Having just seen for the first time this season the triple bill, the author of these lines emerges with enhanced belief in greasepaint. Covers a multitude of ills.
Digression on greasepaint: the purpose of theatrical makeup, is to heighten, not the distance between the artist and his public, but the distance between the artist, and normal, humdrum, Everyday Life. This business with dancing in street makeup has gone too far. One should not be able to recognise, effortlessly, every man jack of Our Gang, as they issue forth from the wings in "street face". Nor does it serve to make classical dancing more "accessible" to the general public. Just makes it more BORING than strictly necessary.
On to Balanchine's "Four Temperaments". My husband being a maths buff, there are calculators all over the flat. So I took two along, one in each hand. The left hand hit a little button at each Pelvic Thrust, the right hand, at each Battement, whether grand, cloche or fouetté. Thirty-five minutes later, the score on the left was 237, and on the right, 195.
Might that be all there is to choreography? We should be told. Or at least, Hindemith should be told.
And what is this with Balanchine - whom I see as a pocket Blue Beard - and the Pelvic Thrust? Mummy and Daddy told me that people who babble on in public about a Certain Thing, may be rather less (....) in private. Am I alone in questioning Balanchine's virility, with all this very public crotch-display and pelvic-thrusting (now there's a New Verb for you!).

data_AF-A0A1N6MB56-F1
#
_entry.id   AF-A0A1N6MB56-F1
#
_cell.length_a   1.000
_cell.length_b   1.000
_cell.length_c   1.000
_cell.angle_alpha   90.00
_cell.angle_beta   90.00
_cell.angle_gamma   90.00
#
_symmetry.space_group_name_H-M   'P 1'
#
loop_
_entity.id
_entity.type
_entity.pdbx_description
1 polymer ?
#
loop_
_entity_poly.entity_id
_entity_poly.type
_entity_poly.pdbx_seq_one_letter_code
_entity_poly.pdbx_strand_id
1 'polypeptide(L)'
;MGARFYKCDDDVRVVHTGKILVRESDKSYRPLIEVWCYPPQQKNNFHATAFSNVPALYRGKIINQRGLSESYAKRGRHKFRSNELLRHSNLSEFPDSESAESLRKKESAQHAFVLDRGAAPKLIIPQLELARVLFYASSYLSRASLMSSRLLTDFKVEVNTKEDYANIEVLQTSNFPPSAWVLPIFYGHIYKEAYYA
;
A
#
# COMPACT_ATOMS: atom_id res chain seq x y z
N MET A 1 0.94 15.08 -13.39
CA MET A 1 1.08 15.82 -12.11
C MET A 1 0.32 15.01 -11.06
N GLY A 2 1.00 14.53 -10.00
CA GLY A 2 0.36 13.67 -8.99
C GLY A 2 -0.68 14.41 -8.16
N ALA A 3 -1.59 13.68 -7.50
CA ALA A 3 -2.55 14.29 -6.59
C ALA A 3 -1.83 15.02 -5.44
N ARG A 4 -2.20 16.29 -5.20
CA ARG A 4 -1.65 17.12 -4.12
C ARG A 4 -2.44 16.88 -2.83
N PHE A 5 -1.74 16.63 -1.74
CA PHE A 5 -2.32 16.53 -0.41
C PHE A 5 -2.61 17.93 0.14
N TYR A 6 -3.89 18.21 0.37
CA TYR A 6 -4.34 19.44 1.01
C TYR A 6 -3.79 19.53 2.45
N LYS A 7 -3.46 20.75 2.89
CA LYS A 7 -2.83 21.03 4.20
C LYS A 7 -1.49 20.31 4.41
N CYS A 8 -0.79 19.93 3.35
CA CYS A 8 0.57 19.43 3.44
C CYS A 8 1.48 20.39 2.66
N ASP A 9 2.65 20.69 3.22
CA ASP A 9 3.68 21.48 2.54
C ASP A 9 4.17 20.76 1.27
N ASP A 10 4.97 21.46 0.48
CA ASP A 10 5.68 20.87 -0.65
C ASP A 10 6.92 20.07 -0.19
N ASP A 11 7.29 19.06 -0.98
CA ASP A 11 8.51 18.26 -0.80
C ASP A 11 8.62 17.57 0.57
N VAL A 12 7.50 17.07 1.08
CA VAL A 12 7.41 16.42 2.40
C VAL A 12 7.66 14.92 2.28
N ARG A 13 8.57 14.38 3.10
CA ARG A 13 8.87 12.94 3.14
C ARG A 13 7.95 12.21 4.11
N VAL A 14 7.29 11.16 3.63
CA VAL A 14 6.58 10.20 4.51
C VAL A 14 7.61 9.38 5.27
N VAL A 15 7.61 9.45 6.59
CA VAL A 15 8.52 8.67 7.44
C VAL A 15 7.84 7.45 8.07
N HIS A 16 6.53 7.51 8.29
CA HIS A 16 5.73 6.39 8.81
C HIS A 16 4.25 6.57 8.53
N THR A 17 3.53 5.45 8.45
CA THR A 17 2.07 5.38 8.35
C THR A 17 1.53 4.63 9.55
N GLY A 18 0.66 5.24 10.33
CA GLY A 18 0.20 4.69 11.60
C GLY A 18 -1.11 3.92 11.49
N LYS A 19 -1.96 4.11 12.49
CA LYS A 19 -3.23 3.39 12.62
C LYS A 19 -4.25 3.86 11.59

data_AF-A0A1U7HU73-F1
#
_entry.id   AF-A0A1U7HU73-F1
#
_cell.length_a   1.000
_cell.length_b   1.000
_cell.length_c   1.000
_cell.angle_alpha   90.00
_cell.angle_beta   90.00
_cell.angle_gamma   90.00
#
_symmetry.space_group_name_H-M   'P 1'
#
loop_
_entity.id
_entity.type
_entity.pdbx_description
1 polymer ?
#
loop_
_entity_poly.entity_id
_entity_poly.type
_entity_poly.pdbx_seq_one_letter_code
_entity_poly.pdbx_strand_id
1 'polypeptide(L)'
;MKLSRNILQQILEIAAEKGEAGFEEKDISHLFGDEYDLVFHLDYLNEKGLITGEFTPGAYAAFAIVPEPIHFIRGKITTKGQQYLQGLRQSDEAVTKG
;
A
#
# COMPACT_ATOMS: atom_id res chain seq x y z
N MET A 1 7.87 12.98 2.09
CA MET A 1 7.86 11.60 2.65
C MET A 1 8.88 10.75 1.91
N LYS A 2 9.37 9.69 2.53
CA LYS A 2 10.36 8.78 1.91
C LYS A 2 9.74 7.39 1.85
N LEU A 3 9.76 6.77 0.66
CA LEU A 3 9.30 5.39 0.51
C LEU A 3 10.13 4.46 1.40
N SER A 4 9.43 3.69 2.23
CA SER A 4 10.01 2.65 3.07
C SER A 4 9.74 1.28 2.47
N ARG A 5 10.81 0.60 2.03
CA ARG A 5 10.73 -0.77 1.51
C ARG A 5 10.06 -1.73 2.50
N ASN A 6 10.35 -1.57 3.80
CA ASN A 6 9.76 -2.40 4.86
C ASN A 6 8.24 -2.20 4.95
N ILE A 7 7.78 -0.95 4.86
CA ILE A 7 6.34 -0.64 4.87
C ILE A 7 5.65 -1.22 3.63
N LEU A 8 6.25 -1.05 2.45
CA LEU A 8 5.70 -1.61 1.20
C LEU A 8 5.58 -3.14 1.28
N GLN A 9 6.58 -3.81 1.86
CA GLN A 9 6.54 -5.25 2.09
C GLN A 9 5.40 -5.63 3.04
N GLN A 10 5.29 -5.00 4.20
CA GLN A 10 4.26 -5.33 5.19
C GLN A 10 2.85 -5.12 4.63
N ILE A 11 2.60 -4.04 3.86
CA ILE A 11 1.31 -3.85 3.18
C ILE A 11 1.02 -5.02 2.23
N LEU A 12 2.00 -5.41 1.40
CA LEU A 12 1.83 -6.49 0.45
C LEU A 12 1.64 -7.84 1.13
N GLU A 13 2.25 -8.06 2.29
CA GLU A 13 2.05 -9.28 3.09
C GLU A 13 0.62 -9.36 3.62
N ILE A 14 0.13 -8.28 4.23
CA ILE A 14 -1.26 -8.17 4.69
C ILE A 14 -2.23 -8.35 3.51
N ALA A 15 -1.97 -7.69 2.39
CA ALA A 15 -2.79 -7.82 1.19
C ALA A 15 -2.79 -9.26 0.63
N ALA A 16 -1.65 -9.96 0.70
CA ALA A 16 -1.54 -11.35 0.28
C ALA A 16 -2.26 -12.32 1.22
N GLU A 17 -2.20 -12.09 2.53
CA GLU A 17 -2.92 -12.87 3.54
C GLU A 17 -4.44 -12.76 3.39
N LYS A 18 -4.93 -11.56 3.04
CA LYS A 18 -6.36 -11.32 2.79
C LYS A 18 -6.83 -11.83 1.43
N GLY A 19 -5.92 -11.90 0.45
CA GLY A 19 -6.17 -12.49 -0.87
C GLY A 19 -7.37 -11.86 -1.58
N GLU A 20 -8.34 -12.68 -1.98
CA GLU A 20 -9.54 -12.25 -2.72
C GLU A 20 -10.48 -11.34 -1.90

And, I say, let not the woman dance without a skirt on! The stage is a most unforgiving place, particularly for the Weaker Sex and whether one be fat or thin, and certainly, no place for practice costume.
Here, in all events, were the “Four Temperaments” in the form of an on-stage rehearsal. But we are used to that now at Paris ! One imagines that Hindemith would not have been ecstatic at the shenanigans on stage - assuming he would have tolerated the actual steps. At the very least, could we not give people enough rehearsal time to be rhythmically secure? And to be 100% certain about their positions?
And the most ill-assorted pairs. Ould-Braham, a ballerina of the first water, with Adrian Bodet?
In Melancholic (and later, in "Raymonda"), one found Fanny Fiat, paired as demi-soloist with Mathilde Froustey.
Whatever Mlle. Fiat's official rank may be, she is not a demi-soloist, but a ballerina. The clockwork precision, consistency and brillancy of her dancing are FRIGHTENING, actually, and watching her jump - literally - right up and over the head of the fragile, unsteady Froustey is doing the latter NO favours. This is one Odd Couple that should be unyoked - INSTANTLY.
Next on display, excerpts from "Raymonda".
Avoid carping on these old imperial ballets, that now appear fairly moth-eaten. We have got to a point, at Paris, where we will accept ANYTHING classical - if it be well-danced.
But it was not.
Ignore the gentlemen’s ghastly scarlet costumes - what is truly worrying, is that the dancing of the man in this fair city, is in parlous state.